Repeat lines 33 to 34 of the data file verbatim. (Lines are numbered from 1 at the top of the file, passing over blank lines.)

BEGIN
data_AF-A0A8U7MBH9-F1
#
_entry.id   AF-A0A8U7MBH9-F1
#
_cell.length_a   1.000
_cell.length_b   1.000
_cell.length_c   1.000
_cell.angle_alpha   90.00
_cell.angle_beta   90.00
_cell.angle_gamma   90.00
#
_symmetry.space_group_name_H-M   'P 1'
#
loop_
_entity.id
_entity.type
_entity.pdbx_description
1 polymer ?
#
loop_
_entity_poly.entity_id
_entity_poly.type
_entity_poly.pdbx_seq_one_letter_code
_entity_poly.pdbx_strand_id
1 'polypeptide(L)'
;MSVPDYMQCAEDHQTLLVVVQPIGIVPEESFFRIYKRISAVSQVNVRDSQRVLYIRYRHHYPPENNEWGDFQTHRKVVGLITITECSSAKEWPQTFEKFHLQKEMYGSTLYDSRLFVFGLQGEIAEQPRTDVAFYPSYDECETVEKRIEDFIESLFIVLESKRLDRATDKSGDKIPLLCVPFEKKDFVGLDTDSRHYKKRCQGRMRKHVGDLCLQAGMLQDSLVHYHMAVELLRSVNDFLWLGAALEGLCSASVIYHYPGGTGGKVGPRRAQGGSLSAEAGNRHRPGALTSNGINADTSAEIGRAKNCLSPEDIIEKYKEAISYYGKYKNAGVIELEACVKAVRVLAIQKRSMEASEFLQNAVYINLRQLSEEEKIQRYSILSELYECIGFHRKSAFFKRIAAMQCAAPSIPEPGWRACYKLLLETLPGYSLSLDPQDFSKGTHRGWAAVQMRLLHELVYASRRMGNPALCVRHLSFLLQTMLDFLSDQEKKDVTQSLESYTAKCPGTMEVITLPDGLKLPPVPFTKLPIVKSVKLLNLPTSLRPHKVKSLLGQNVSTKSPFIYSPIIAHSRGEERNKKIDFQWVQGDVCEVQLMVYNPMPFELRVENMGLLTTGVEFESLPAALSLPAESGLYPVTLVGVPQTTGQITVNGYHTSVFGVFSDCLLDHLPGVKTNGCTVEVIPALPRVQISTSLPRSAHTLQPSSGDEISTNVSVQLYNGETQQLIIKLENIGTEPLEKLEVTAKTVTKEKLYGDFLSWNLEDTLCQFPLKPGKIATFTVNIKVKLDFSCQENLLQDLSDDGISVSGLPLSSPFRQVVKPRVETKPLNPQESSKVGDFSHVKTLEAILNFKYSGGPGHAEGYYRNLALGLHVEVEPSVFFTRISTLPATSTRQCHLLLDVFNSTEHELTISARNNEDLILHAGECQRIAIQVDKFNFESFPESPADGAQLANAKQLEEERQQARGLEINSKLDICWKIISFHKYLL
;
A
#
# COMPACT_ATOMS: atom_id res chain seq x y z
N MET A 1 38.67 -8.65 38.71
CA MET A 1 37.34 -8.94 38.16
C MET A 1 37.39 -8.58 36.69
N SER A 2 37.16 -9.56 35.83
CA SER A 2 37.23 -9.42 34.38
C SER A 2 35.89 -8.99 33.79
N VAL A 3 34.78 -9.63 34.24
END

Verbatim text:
C MET A 1 37.39 -8.58 36.69
N SER A 2 37.16 -9.56 35.83